Dairy Day, 2012; Kansas Agricultural Experiment Station contribution; no. 13-030-S; Report of progress (Kansas Agricultural Experiment Station and Cooperative Extension Service); 1075; Dairy cows; Lactation; Postpartum health; Sodium salicylate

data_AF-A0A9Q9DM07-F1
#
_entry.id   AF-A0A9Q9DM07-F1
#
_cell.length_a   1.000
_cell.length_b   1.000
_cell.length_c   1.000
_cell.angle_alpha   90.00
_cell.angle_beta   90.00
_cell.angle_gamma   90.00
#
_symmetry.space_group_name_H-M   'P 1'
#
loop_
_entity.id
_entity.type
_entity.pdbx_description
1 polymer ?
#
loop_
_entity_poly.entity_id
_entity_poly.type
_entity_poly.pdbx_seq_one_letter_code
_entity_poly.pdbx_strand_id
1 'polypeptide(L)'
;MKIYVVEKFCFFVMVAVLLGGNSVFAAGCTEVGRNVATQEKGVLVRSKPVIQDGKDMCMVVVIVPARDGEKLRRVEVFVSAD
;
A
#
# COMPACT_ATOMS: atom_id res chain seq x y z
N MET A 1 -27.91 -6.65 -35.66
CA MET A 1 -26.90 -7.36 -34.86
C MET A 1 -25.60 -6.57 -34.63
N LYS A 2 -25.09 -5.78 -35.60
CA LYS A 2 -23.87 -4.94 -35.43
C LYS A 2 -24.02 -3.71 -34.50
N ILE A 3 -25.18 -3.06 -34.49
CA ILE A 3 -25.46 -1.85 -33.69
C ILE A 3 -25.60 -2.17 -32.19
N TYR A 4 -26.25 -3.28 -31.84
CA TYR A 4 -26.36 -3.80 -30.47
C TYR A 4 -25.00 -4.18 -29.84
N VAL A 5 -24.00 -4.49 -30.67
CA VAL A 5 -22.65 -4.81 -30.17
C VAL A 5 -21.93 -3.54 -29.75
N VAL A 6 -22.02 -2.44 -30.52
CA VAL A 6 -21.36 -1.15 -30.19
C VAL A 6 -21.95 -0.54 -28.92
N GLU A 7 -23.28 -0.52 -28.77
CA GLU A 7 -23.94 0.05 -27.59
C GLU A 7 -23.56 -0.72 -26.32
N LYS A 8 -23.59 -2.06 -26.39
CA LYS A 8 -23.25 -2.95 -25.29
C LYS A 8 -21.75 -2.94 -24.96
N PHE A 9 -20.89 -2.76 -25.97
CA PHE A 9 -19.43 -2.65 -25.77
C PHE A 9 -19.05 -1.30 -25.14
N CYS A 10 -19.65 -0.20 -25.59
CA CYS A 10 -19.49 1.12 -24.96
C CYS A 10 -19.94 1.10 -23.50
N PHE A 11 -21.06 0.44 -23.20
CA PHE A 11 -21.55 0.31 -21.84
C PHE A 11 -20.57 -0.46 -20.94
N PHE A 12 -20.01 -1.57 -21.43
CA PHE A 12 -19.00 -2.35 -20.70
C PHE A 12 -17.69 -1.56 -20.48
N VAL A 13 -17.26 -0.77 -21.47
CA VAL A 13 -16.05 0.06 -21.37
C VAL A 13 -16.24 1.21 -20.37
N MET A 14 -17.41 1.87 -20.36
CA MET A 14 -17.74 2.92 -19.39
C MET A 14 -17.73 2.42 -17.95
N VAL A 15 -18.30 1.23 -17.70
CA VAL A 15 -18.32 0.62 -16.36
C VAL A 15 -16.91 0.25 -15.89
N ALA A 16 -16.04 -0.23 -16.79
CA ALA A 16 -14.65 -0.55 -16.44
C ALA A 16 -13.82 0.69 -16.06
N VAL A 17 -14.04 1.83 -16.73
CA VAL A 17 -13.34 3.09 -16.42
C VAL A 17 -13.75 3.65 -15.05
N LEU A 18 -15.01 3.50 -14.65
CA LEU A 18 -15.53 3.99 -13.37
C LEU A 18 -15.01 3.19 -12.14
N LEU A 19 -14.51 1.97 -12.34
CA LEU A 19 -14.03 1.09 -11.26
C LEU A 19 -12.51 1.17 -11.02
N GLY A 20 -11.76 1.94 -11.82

Inflammation has been proposed as a contributor to metabolic disorders in transition dairy cows. The purpose of this experiment was to determine if a non-steroidal anti-inflammatory drug, sodium salicylate (SS), benefits transition cows. At calving, 78 cows [primiparous (1P) n = 39; 2nd lactation (2P) n = 24; ≥3 lactations (3P) n = 15] were assigned alternately to either a control or SS treatment for 7 days and production responses were evaluated through the entire lactation. Treatment was administered via individual water bowls, delivering a mean of 123 ± 5.5 (mean ± standard deviation) grams salicylate per day during the 7 days of treatment. Cows were followed throughout the lactation by monthly milk yield and component testing, and the effects of treatment on the risk of leaving the herd and on normalized 305-day milk, fat, and protein yields were determined by Fisher's exact test and mixed model analysis, respectively. Treatment influenced both 305-day milk and fat yields differently across parities. Milk yield was increased by 17% in 3P SS cows (4,374 ± 1,549 lb greater for 3P SS cows). Primiparous SS cows tended to produce 2,155 ± 824 lb less 305-day milk than control cows; no differences were detected for 2P cows. Furthermore, 3P SS cows produced 285 ± 50 lb more 305-day milk fat and tended to produce 108 ± 40 lb more 305-day milk protein. No effects were detected in 1P or 2P cows. A treatment by parity interaction was observed for the risk of leaving the herd where 1P cows treated with SS tended to have a greater risk of leaving the herd than controls (30% vs. 6% risk). Treatment did not alter herd retention in 2P or 3P groups, and SS had no effect on the risk of leaving the herd overall. Results indicate that SS has long-term effects on lactation characteristics of aged cows, particularly on fat metabolism, but has potential negative effects for primiparous cows.; Dairy Day, 2012, Kansas State University, Manhattan, KS, 2012; Dairy Research, 2012 is known as Dairy Day, 2012

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